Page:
I'm learning how to paint on my iPad Pro by "tracing" stills from "Tinker Tailor Soldier Spy" and sharing the results here.
If you've been following along in my other recent posts, you'll notice that I have trouble painting faces. Faces are complex shapes - but more importantly, as human beings we're highly attuned to amazingly subtle nuances in shape and colour in a face. Very slight changes in a face's shape can show different emotions, health, ethnicity, and identity. This is why adding paint to a face or wearing a mask is a quick way to look uncanny or even fearsome. Trying to draw or paint a face that gives the same impression as a photographed original is probably the biggest technical challenge I'll be, um, facing in this project.
So this shot, which is all about the complex face of Toby Esterase (played by David Dencik) was going to be a challenge:
The background of this shot is not all that important and is even out of focus here, so I filled it in pretty quickly in rough watercolour washes. I'm getting better at rough sketches with Procreate, at least!
For Esterase, I actually used the technique I was going to try with the previous picture before I got sidetracked: fill in the broad shapes in solid colour and, draw on top with highlights and shadow, and finally mix them together with the brush itself or the smudge tool. I used the "Flat Marker" brush for the basic shapes, since it didn't have a lot of built-in texture. Then I either continued with Flat Marker or sometimes used "Wet Flat Brush" for highlights and shadows. It turned out that most of the action ended up happening with the smudge tool, mostly set at "Round Brush".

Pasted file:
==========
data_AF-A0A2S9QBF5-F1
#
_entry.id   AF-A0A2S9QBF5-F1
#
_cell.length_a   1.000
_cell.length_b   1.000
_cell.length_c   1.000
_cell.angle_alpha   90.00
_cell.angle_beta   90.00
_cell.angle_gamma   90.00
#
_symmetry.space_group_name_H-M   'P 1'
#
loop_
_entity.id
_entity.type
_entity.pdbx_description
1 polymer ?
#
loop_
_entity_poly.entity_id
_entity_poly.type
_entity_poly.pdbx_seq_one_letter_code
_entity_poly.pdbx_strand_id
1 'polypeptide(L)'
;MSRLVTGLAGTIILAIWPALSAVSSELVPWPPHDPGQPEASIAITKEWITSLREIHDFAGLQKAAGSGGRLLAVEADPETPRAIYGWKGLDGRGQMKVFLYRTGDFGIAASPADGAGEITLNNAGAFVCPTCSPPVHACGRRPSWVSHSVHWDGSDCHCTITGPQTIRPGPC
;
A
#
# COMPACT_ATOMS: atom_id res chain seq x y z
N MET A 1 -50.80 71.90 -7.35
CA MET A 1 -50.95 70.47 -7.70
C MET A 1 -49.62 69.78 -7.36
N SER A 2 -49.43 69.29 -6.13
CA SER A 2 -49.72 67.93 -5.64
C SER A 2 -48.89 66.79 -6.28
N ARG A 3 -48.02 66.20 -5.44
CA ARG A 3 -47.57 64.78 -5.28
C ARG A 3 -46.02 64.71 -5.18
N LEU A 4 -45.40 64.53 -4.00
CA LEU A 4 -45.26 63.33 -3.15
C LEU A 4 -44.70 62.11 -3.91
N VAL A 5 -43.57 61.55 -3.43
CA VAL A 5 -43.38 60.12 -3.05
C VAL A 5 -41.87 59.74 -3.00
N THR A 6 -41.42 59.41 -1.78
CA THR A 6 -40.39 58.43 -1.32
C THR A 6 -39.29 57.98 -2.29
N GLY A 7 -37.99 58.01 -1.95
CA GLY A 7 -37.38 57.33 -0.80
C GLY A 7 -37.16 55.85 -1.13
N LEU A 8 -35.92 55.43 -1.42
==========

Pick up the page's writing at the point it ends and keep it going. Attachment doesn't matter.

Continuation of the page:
Procreate lets me express shapes quite nicely with the movement of the brush itself, but part of what made some of my earlier pictures look patchy was that a lot of the background showed through the otherwise expressive textures. I was able to mostly avoid that here by putting the expressiveness into the smudging rather than the colour application.
I even used a bit of "Gaussian Blur" on the lamp (or whatever it is) in the front left of the image, to give it a nice out-of-focus look.
The face, as predicted, took a lot of work. My first attempt ended up being a bit misshapen. The head had its own layer, so I simply hid the bad one and started over in a new layer. The lighting and shading here is quite dramatic, and he has rather deep-sunken eyes, so I had to fight against making him look too skeletal. I finally got something that felt good - but when I came back to the picture an hour or so later, I felt it really looked a lot like one of the aliens from They Live.
I used the colour adjustment tools to lower the contrast and lighten the image, and I adjusted his eyes - the very slightest difference in the size of eyes makes a huge difference in the final image.
While working on this I got better at my "tracing" technique. I would do rough shapes in pen on a semitransparent layer over the original. Then I would hide the original while I filled things in and smudged them into proper shape. At first I did this to make sure I was properly filling in all the colours properly (since it's easy to leave gaps when the original is already there filling them in for you) but I found the picture looked better if I didn't constantly refer back to the original image for reference.
In the end it's much more important to work with the painting on its own terms rather than simply as a copy of an original still.
That said, though, I found myself going back several times to figure out the face - discovering subtle highlights and shapes that led to huge improvements in the believability of the face. Figuring out these subtleties is part of why I'm doing this project in the first place. Although it's still far from perfect, it's certainly the best face I've done so far.
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